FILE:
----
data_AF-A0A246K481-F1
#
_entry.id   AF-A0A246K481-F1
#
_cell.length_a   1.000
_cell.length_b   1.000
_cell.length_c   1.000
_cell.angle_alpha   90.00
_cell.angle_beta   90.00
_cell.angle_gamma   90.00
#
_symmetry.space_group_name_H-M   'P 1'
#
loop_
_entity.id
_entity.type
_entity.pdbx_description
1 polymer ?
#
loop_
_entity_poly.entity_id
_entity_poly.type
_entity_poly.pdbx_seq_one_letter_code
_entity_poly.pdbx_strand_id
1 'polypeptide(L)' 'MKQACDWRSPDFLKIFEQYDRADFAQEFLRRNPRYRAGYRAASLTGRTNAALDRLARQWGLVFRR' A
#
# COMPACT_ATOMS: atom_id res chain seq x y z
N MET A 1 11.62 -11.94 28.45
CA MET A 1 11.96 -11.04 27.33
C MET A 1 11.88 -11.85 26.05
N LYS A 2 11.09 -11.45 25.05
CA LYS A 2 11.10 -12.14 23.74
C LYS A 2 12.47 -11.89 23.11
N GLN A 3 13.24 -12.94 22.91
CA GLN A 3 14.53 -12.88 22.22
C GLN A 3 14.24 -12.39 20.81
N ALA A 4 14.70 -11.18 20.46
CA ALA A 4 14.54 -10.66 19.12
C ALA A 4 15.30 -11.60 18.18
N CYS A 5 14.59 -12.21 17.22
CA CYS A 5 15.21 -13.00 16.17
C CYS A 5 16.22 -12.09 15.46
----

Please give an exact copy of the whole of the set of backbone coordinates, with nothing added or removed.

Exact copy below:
data_AF-A0A246K481-F1
#
_entry.id   AF-A0A246K481-F1
#
_cell.length_a   1.000
_cell.length_b   1.000
_cell.length_c   1.000
_cell.angle_alpha   90.00
_cell.angle_beta   90.00
_cell.angle_gamma   90.00
#
_symmetry.space_group_name_H-M   'P 1'
#
loop_
_entity.id
_entity.type
_entity.pdbx_description
1 polymer ?
#
loop_
_entity_poly.entity_id
_entity_poly.type
_entity_poly.pdbx_seq_one_letter_code
_entity_poly.pdbx_strand_id
1 'polypeptide(L)' 'MKQACDWRSPDFLKIFEQYDRADFAQEFLRRNPRYRAGYRAASLTGRTNAALDRLARQWGLVFRR' A
#
# COMPACT_ATOMS: atom_id res chain seq x y z
N MET A 1 11.62 -11.94 28.45
CA MET A 1 11.96 -11.04 27.33
C MET A 1 11.88 -11.85 26.05
N LYS A 2 11.09 -11.45 25.05
CA LYS A 2 11.10 -12.14 23.74
C LYS A 2 12.47 -11.89 23.11
N GLN A 3 13.24 -12.94 22.91
CA GLN A 3 14.53 -12.88 22.22
C GLN A 3 14.24 -12.39 20.81
N ALA A 4 14.70 -11.18 20.46
CA ALA A 4 14.54 -10.66 19.12
C ALA A 4 15.30 -11.60 18.18
N CYS A 5 14.59 -12.21 17.22
CA CYS A 5 15.21 -13.00 16.17
C CYS A 5 16.22 -12.09 15.46